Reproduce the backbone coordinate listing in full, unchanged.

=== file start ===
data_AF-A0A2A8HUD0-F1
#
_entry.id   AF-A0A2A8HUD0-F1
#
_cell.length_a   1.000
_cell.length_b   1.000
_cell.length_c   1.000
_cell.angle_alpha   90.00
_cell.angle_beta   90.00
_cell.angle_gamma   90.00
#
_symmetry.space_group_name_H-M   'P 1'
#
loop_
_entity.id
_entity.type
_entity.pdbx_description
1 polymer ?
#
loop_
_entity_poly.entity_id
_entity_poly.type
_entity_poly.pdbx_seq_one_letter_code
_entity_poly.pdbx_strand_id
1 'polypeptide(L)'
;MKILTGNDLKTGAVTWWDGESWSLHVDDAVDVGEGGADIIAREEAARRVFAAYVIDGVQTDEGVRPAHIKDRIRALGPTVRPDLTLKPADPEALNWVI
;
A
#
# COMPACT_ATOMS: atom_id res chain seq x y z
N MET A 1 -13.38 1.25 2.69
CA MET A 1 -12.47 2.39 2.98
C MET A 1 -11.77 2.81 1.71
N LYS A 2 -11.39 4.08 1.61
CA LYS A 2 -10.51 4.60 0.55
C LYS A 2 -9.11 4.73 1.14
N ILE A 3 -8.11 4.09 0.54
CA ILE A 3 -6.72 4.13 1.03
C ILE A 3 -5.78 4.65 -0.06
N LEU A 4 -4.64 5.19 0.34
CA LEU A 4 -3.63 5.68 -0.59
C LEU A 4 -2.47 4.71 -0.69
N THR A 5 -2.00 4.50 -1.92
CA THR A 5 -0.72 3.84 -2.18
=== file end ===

data_AF-A0A2A8HUD0-F1
#
_entry.id   AF-A0A2A8HUD0-F1
#
_cell.length_a   1.000
_cell.length_b   1.000
_cell.length_c   1.000
_cell.angle_alpha   90.00
_cell.angle_beta   90.00
_cell.angle_gamma   90.00
#
_symmetry.space_group_name_H-M   'P 1'
#
loop_
_entity.id
_entity.type
_entity.pdbx_description
1 polymer ?
#
loop_
_entity_poly.entity_id
_entity_poly.type
_entity_poly.pdbx_seq_one_letter_code
_entity_poly.pdbx_strand_id
1 'polypeptide(L)'
;MKILTGNDLKTGAVTWWDGESWSLHVDDAVDVGEGGADIIAREEAARRVFAAYVIDGVQTDEGVRPAHIKDRIRALGPTVRPDLTLKPADPEALNWVI
;
A
#
# COMPACT_ATOMS: atom_id res chain seq x y z
N MET A 1 -13.38 1.25 2.69
CA MET A 1 -12.47 2.39 2.98
C MET A 1 -11.77 2.81 1.71
N LYS A 2 -11.39 4.08 1.61
CA LYS A 2 -10.51 4.60 0.55
C LYS A 2 -9.11 4.73 1.14
N ILE A 3 -8.11 4.09 0.54
CA ILE A 3 -6.72 4.13 1.03
C ILE A 3 -5.78 4.65 -0.06
N LEU A 4 -4.64 5.19 0.34
CA LEU A 4 -3.63 5.68 -0.59
C LEU A 4 -2.47 4.71 -0.69
N THR A 5 -2.00 4.50 -1.92
CA THR A 5 -0.72 3.84 -2.18